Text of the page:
Fallen had produced a short silver knife from a pocket in a gauzy overskirt that swirled over her trousers. Without a wince, she sliced open her own right palm and watched him with ice blue eyes in a gray face. She had a fox’s whiskers, white and almost invisible against her skin where they grew, but dark at the tips.
Jino slashed his own palm and they clasped arms, palm to wrist.“Whichever of us possesses the phoenix rose, the other will be bound to serve. Only the one in possession of the phoenix rose may choose to release us from this binding.”
Fallen repeated his words, squeezing his wrist. They repeated the oath a second time together, this time touching blooded palm to opposite wrist. For the third recitation, each rested their own palm against the other’s throat.
“Shall we race, my lady?” Jino still held his hand against Fallen’s throat. A trickle of blood leaked down the side of her bare neck. A droplet fell from the smear of blood she’d left on his wrist.
Fallen laughed again, revealing sharp white teeth. “Oh, I don’t think so.”
His eyes darted to the peak. “…uh. My lady?”
“Do you think I don’t know what you were doing, your former highness?”
A faint sheen of sweat formed on his forehead. “Making a bargain with you?”
“You are going to be such an adorable slave, Jino.” She smiled, baring her fangs. “I know you’ve been stalling for time. I know about your owl. I know you’ve been waiting for him to come back with the phoenix rose for you.” A long, mournful hoot cut through the twilight gloom. “And there it is! Right on schedule. Except for one teensy-eensy problem.” The owl swooped past their perch on the spire.
Its talons were empty.
“I already have the phoenix rose,” Fallen pulled her hand from his throat, and it came away holding a silver chain. Jino lifted his own hand to his neck to touch the hard silver collar now formed around it. “I acquired it two days ago. I only came back today to collect the roots of its nest-plant. Really, Jino, how stupid do you think I am? Do you think I’d take the slightest chance of becoming your servant?” Silver cuffs formed about his wrists; a chain linking them pulled his hands together. “You thought you were clever enough to fool me? You, Disgraced Jinokimijin? You’re not even clever enough to stay married.” Fallen pulled on the chain to his collar, dragging his head down to bow before her. “Perhaps it’s a good deal for you after all, though. You’re not actually fit for any higher position in society, are you? Call back your bird.”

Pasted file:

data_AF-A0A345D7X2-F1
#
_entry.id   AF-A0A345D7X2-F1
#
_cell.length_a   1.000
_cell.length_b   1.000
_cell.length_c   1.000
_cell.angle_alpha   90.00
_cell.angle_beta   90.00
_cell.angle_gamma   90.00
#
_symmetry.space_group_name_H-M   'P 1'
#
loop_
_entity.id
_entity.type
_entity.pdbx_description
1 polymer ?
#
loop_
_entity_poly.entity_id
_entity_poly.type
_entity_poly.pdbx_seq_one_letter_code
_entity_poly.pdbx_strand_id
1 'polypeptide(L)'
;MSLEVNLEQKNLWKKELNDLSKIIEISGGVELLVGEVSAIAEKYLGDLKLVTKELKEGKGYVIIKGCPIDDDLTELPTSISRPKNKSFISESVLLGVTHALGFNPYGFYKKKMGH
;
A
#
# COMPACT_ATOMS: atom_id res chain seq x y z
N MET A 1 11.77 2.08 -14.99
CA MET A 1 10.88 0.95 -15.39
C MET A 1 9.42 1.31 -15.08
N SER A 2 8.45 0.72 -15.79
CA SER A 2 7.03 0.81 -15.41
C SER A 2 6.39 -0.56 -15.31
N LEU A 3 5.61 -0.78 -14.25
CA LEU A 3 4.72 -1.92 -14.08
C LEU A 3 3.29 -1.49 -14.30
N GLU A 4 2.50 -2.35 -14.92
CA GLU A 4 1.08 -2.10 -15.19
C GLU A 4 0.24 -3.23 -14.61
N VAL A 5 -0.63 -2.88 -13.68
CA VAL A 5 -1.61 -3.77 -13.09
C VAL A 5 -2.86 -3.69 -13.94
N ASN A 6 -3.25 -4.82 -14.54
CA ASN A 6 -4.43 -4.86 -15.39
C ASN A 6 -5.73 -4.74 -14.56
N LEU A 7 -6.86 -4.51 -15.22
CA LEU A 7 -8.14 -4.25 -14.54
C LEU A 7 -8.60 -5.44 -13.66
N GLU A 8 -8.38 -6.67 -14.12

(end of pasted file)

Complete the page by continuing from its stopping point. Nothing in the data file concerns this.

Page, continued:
Jino blinked, his head still bowed. “What?”
“Call back your bird! You belong to me; it may as well too.”
Jino lifted his head and peered into the gloom. The owl had circled a few times while Fallen was talking, but now it was winging away. “Come back?” he said, half-heartedly. Fallen glowered at him and wrapped a loop of the leash about her knuckles. Jino swallowed and yelled, “Come back! Rohi! Rohi, come!”
The distant owl wheeled in the air to face them. Jino whistled. “That’s it, Rohi! Come here!” He whistled again, but the owl had continued its circle and was flying off again.
“Oh, seriously! Can’t you leash it?”
Jino raised his bound arms and flicked one wrist up: a length of leather tether spun out of aether, snaking towards the owl. The bird dodged the tether and continued to fly on. “Sorry, my lady. I guess I’m not a very good animal trainer, either.”
She gave him a skeptical look. “Then I’ll have to find some other use for you. Perhaps you’ll make an adequate whipping boy. Come along, pet.”
The owl soared out of the forest of stone spires as the moon rose higher in the sky. The ground turned from cracked stone to scrub over the course of a mile or so, and then, suddenly, a hill covered in tall grasses rose over the brush. The owl dropped to the level of the hill top, flight wobbling badly. Legs extended, the bird spread its wings to brake, but was still going too fast when the shift wore off. In an instant, a fey figure with golden skin and indigo hair replaced the owl in the air. Human legs struck the ground, arms flailed for balance against the momentum, and then he tumbled through tall fragrant grass. Mirohirokon rolled to a graceless halt a half-dozen yards later, breathing heavily, with no bruises or marks to show for the abuse. Seed fluff shaken loose from the plants drifted around him.
He lay on his back and stared at the night sky. Miro knew he’d pushed it, holding the shape so long. He was better than most at storing aether when outside of the Etherium, but there were still limits. He just wanted to still be an owl. It was easier that way: easier not to think about what had happened, about what he had to do next.
About how it had felt to see his father in chains.
Don’t think about that. It’s done, it’s too late for recriminations now. Just keep moving. You know what you have to do.
Miro climbed to his feet, and clicked his heels to activate the enchantment in his boots; they had their own aether source. Then he took a step forward that arced him through the air with such speed that when his foot came down he was almost ten yards away. Another step, just as swift, and another.
Just keep moving. You can do this.
You have to.
May the Guide lead you on your Path now, Dad. And me too.